Minna Lyons is a Senior Lecturer in Psychology, currently working at the University of Liverpool. She is mostly interested in evolutionary bases for behaviour. Her research includes important topics such as choice, competition, and coercion in human mating. She has published some books and many scientific articles on these topics. Minna was part of a team that won the IgNobel prize for psychology in 2014 with a study that investigated psychopathy in night owls. Since then, she has become interested in psychopathy in domestic cats, and is eager to extend the research to other non-human species too.
The greatest scientists are only appreciated after their deaths. Ed Thorne is still alive.
After four years of him competing in BAHfest, the establishment decided his scientific theories were too radical, so they made him a judge to shut him up.
Ed performs with the London improv troupe Hivemind at the Museum of Comedy. In his spare time, he likes to go work in an office in exchange for money. He has a truly vast list of scientific credentials and accomplishments, which unfortunately this bio is too small to contain.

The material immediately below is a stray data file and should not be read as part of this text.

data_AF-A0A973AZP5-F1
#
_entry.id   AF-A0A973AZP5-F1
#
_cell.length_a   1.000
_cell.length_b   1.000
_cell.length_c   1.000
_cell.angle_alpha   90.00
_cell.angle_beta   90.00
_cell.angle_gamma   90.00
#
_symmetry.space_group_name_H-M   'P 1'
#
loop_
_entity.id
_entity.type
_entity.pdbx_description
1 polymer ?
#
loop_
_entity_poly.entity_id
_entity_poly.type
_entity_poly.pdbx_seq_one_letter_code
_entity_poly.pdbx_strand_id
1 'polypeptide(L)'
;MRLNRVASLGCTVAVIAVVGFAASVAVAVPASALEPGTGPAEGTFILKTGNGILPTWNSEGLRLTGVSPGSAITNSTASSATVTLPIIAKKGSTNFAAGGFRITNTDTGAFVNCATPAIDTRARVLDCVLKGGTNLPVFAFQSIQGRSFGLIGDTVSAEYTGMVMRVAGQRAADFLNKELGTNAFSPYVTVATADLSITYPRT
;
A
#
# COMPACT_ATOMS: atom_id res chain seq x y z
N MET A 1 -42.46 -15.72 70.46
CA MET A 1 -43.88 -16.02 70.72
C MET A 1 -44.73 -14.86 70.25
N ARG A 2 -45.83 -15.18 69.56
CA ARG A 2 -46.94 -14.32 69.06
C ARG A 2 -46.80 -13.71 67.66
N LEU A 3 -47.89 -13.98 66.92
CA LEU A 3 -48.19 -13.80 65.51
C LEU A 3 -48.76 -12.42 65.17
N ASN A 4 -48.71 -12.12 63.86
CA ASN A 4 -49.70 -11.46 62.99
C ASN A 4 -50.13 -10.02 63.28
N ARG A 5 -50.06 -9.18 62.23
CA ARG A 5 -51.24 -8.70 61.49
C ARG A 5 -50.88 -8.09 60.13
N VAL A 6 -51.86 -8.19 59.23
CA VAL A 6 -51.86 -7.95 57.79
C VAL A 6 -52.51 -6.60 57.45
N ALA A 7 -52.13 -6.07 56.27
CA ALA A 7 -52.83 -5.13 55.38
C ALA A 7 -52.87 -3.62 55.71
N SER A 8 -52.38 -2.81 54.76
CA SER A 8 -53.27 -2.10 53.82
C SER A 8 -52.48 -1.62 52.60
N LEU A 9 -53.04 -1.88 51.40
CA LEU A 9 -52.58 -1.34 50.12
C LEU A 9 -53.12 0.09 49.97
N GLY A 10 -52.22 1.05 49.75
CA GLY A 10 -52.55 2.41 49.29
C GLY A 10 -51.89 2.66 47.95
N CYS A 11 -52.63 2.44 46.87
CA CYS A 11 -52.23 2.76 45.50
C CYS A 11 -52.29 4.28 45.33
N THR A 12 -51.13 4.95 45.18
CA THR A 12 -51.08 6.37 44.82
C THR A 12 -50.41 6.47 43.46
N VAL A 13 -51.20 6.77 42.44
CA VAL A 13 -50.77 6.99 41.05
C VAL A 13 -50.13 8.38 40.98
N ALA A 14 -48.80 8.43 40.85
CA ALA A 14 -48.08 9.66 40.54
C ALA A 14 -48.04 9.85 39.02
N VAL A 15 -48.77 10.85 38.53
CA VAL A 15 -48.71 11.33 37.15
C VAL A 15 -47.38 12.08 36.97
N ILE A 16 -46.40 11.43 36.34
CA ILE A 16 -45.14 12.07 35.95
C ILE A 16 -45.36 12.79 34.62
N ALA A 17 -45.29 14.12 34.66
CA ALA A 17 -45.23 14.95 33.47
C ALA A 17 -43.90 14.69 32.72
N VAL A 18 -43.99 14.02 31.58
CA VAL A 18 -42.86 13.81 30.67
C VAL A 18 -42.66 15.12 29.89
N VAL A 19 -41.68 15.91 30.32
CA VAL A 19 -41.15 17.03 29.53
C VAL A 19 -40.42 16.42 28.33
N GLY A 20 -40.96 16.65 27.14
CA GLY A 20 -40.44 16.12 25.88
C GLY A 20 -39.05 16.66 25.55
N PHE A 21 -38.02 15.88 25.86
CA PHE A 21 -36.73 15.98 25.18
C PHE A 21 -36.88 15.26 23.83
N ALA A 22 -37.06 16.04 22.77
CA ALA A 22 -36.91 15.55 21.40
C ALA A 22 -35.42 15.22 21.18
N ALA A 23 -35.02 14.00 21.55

Principal curator and museum scientist at the Natural History Museum, London. Her research interests are crabs, shrimps, corals, jellyfish and woodlice whilst being responsible for a plethora of historically important specimens from both the HMS Challenger and RRS Discovery oceanic expeditions. In her spare time Miranda has taken to the stage to preform at the Festival of the Spoken Nerd, Museum Showoff, Nine Lessons and Carols for Curious People and BBC R4’s Nature Table.
When not at the BioLab building novel synthetic molecules, Hansa is at the Enterprise Lab building startups to catalyse healthcare by a few decades. Or so she would like to think, as a scientific publication and a successful exit have so far eluded her. Nonetheless, this does not deter her from continuing to valiantly juggle studying a BSc Hons at Imperial College with cofounding multiple award winning startups, and occasionally jumping out of a plane in the name of skydiving. She wanted us to recommend keeping up to date with “insanely cool” health tech on her nascent instagram @thebioentrepreneur, but – honestly – we would rather leave that to your discretion.